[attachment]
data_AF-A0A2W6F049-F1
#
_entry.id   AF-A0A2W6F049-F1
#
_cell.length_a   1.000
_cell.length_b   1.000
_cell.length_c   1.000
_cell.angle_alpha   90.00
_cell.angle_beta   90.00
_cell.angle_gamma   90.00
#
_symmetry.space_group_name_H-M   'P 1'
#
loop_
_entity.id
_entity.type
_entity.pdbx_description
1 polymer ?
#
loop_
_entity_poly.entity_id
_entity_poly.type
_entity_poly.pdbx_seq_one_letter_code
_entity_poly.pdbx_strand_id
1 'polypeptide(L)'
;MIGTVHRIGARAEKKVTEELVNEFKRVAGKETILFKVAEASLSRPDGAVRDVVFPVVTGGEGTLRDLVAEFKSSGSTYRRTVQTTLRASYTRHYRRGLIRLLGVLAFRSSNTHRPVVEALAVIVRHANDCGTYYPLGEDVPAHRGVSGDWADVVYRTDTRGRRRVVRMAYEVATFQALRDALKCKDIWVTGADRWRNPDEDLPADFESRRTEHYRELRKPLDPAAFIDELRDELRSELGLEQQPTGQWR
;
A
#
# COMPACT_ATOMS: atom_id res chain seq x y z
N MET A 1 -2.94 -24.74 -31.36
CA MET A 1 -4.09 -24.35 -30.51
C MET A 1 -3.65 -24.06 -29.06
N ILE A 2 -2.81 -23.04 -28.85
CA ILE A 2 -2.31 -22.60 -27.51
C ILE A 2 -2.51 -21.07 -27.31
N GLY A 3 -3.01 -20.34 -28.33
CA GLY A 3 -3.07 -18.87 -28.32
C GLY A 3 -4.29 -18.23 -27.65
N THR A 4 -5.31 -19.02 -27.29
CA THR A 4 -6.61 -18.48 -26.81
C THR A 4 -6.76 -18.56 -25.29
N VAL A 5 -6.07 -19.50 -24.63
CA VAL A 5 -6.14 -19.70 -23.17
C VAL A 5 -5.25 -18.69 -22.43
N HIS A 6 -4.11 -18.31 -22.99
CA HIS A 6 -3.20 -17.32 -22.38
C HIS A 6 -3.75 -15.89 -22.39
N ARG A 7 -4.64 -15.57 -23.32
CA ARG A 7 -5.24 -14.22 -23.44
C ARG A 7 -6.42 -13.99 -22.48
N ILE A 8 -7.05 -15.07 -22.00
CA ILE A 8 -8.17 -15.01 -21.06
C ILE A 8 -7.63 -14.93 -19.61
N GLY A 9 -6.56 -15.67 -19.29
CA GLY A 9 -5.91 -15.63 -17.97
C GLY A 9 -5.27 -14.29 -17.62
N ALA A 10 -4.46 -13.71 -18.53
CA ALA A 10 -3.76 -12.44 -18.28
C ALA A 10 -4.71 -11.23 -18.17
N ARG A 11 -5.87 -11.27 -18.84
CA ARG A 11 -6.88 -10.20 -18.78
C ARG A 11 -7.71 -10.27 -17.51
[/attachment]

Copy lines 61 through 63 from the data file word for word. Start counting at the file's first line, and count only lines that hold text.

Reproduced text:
N ARG A 11 -5.87 -11.27 -18.84
CA ARG A 11 -6.88 -10.20 -18.78
C ARG A 11 -7.71 -10.27 -17.51